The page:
B.C. Home Flipping Tax and Changes for First-Time Homebuyers

B.C. Home Flipping Tax and Changes for First-Time Homebuyers

The proposed BC home flipping tax applies to income you realize from the sale of properties in British Columbia if you have owned them for less than 2 years.

    The tax, which is subject to legislative approval, is separate and distinct from the federal property flipping rules and is not harmonized or administered with the federal or B.C. income tax.

    On this page

    • Overview
    • How the tax will work
    • Who will be subject to the tax
    • Exemptions
    • Relevant properties

    Overview

    The BC home flipping tax will apply to income from B.C. properties sold on or after January 1, 2025. Income from property purchased before the tax’s effective date may be subject to the new tax if sold on or after January 1, 2025 if the property is sold within 2 years, unless an exemption applies.

    As previously announced in British Columbia’s Homes For People plan, the intention of the tax is to discourage short-term holding of property for profit.

    How the tax will work

    The BC home flipping tax will apply to income from the sale of property that was owned for less than 2 years.

    The tax rate will be highest for those who owned properties for the shortest period and will decline the longer the property is owned. The tax rate will be 20 percent for income earned from properties sold within 365 days of purchase and will decline to zero between 366 and 730 days.

    You may be exempt from paying tax on income earned from the sale of your property if you are eligible for an exemption.   

    Who will be subject to the tax

    If you sell your property on or after January 1, 2025, income earned from the sale of your property may be subject to the new tax if the property was purchased less than 2 years prior. Whether income earned from the sale of your property is subject to the tax depends on when you purchased the property.

    Examples:

    • If you purchased a property on May 1, 2023 and sold the property on January 31, 2025, income you earn from the sale of the property would be taxable.
    • If you decide not to sell a property until June 1, 2025, then income you earn from the sale of the property would not be subject to the tax.

    Note: The seller of the property may be a B.C. resident or a resident anywhere else in the world.

    Exemptions

    You may be eligible for exemptions if there are life circumstances that motivated the sale of a property within 2 years, such as:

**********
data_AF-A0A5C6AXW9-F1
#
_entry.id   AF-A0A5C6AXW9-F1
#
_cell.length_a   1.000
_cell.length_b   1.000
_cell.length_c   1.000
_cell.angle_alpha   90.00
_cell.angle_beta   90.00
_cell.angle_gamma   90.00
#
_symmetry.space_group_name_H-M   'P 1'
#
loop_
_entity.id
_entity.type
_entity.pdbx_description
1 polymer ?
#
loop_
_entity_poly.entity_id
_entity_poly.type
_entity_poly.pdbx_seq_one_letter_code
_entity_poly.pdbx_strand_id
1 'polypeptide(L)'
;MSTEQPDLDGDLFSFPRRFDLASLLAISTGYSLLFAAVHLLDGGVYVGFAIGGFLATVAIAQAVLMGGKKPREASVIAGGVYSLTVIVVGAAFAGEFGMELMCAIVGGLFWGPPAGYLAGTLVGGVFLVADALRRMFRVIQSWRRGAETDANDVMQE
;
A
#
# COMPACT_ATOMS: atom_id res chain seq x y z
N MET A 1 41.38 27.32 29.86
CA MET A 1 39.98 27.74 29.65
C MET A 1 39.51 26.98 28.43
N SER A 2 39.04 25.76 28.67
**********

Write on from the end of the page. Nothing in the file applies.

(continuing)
• Separation or divorce
    • Death
    • Disability or illness
    • Relocation for work
    • Involuntary job loss
    • Change in household membership
    • Personal safety
    • Insolvency

    If you sell your primary residence within 2 years of purchase, you may also be able to exclude up to $20,000 when calculating your taxable income.

    The purpose of this tax is to support housing supply, not impede it. Exemptions will be provided for those who add to the housing supply or engage in construction and real estate development.

    The above information does not reflect an exhaustive list of the exemptions that will be included in this new tax. More information on these exemptions and others will be provided in the future.

    Relevant properties

    The tax will apply to income earned from the sale of:

    • Properties with a housing unit
    • Properties zoned for residential use
    • The right to acquire the above properties, such as the assignment of a purchase contract 

    The tax will include special rules for properties, or portions of properties, that have non-residential purposes.

    Income earned from the sale of properties located on reserve lands, treaty lands and lands of self-governing Indigenous Nations will not be subject to this tax.

    Additional Changes for First-Time Homebuyers

    In conjunction with introducing the home flipping tax, the budget announcement included an increase in the property transfer tax exemption threshold for first-time homebuyers. As of April 1, the tax exemption will apply to first-time buyers purchasing homes with a fair market value below $835,000, up from the previous limit of $500,000.

    If you have any questions, please reach out to us. Alternatively, you can get more information directly from the source by clicking here. 

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